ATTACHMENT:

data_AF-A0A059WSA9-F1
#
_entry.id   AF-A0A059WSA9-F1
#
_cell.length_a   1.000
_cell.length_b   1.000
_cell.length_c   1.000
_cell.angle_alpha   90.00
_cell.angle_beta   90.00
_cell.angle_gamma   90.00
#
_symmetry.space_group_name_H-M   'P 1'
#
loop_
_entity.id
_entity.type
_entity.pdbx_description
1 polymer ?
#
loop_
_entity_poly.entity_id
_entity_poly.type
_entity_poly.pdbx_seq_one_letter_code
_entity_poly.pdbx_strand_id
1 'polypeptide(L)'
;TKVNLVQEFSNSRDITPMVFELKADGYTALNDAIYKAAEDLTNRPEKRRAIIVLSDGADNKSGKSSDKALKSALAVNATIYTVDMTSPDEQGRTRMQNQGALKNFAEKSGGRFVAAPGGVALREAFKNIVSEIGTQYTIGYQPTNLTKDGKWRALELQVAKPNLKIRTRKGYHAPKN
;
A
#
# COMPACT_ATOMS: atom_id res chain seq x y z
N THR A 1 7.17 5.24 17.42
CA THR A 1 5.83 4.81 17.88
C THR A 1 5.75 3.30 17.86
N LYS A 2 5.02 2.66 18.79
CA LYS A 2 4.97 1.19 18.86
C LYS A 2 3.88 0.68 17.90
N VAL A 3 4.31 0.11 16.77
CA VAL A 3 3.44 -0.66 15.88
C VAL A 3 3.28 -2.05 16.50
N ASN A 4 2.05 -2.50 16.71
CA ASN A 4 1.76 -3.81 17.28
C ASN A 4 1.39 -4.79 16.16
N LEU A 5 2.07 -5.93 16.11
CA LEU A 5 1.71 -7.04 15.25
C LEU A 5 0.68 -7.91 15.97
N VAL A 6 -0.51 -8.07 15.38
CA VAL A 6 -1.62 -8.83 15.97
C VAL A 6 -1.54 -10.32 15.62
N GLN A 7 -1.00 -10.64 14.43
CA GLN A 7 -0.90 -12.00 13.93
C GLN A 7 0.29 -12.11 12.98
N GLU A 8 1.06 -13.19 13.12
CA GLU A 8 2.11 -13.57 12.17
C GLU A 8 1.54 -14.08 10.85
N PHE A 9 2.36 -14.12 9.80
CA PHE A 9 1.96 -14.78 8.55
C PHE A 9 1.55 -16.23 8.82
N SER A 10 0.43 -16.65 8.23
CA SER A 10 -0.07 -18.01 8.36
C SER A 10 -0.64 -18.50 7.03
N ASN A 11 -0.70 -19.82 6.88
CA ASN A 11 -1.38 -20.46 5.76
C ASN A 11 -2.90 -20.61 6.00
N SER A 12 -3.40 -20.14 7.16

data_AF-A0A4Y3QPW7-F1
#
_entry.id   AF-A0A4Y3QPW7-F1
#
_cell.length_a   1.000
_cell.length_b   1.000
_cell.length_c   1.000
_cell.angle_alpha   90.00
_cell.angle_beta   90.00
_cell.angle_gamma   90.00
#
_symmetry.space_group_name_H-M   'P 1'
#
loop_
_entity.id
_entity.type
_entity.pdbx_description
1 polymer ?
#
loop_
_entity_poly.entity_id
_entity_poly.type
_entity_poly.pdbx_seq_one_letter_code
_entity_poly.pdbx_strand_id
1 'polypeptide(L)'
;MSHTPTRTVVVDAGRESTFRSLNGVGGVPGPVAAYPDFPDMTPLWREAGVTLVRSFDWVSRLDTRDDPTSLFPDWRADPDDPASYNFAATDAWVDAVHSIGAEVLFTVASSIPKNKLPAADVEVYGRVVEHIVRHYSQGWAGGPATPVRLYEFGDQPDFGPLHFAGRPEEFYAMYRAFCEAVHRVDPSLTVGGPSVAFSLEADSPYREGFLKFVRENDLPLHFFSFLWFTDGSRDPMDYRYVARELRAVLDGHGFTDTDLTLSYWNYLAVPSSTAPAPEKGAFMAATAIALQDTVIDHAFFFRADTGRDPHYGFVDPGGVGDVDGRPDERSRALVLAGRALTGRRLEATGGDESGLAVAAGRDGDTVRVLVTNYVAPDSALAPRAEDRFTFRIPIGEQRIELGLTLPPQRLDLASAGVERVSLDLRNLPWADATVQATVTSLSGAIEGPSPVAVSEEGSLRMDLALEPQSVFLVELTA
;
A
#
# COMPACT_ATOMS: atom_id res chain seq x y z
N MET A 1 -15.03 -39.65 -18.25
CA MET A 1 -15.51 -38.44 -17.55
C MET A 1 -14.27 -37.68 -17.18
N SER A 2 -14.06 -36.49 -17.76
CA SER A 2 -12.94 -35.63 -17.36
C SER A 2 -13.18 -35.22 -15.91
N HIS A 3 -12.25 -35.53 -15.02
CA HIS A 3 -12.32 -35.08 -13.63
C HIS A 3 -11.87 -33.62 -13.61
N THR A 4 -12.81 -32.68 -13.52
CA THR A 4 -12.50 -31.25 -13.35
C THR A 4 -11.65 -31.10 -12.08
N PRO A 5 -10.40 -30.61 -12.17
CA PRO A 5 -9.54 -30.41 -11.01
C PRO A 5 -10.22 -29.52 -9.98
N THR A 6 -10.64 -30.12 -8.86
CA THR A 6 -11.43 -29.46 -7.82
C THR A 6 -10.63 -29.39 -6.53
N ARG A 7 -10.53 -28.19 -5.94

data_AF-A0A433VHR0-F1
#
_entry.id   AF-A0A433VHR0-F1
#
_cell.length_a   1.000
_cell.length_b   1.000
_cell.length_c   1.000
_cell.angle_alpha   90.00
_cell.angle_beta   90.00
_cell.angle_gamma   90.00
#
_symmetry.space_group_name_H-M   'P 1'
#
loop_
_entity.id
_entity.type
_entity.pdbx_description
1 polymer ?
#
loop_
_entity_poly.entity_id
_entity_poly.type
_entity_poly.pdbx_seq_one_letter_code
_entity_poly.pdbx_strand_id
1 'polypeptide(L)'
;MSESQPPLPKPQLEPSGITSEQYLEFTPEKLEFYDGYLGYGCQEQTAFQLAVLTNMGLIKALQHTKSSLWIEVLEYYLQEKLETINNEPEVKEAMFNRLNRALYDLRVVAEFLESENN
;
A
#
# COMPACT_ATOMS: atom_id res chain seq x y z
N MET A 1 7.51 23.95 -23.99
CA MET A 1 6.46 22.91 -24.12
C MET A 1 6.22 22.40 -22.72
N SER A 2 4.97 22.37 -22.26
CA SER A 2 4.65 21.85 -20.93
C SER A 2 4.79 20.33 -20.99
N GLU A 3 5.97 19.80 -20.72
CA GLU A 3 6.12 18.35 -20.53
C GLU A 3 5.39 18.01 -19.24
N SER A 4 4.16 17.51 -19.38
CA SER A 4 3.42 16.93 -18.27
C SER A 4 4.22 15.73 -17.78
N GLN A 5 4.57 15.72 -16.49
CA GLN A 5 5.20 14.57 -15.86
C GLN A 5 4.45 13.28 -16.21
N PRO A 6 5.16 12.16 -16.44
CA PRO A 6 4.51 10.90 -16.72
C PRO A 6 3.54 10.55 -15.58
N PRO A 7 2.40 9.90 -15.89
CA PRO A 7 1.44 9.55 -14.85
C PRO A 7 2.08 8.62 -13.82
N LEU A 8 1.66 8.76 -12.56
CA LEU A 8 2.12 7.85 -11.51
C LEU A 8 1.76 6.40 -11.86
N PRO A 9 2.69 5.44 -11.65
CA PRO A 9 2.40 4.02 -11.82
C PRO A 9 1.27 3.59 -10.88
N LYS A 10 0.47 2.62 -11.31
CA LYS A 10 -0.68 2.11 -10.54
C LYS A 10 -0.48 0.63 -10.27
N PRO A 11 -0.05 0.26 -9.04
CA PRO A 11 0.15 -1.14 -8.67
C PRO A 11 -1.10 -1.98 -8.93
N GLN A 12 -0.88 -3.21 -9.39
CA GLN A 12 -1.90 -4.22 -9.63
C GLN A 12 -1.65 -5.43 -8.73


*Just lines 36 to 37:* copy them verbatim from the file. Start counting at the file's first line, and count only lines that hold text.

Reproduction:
C LYS A 2 3.88 0.68 17.90
N VAL A 3 4.31 0.11 16.77